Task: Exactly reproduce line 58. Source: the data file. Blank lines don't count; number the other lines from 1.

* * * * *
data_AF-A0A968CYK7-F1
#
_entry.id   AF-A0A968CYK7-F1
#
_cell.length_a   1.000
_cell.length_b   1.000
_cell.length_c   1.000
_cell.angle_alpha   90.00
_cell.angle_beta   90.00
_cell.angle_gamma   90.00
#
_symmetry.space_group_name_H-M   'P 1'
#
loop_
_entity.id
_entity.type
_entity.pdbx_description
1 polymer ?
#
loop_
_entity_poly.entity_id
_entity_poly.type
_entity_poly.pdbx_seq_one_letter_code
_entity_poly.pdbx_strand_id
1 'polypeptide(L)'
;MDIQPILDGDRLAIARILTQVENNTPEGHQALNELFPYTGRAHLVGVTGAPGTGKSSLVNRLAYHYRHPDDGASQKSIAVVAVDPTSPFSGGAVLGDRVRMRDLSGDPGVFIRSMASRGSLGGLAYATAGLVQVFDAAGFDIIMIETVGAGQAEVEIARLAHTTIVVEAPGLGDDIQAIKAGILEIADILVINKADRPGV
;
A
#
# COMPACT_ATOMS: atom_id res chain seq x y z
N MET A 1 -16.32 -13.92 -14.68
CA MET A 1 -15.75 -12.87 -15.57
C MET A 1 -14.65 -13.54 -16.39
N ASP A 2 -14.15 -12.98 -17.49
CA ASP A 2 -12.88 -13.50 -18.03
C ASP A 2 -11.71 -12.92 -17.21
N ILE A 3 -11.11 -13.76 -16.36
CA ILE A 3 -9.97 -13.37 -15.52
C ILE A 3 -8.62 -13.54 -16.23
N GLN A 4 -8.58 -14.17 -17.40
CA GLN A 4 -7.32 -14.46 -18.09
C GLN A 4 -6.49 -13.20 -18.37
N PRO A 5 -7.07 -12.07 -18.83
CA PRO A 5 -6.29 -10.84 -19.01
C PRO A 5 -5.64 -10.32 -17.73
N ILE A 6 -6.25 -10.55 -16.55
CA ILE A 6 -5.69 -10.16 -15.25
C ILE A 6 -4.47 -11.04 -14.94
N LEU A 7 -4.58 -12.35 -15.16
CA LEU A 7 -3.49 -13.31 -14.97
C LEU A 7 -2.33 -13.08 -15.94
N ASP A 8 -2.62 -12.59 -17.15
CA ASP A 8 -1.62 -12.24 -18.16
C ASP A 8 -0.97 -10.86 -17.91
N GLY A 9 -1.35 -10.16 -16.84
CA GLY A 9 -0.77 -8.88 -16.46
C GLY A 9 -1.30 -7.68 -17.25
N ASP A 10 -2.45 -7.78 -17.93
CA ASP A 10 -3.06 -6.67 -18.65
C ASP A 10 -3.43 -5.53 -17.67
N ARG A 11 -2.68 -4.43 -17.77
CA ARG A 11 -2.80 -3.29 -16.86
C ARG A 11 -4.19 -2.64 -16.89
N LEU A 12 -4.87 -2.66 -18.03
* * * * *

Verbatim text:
N ASP A 10 -2.45 -7.78 -17.93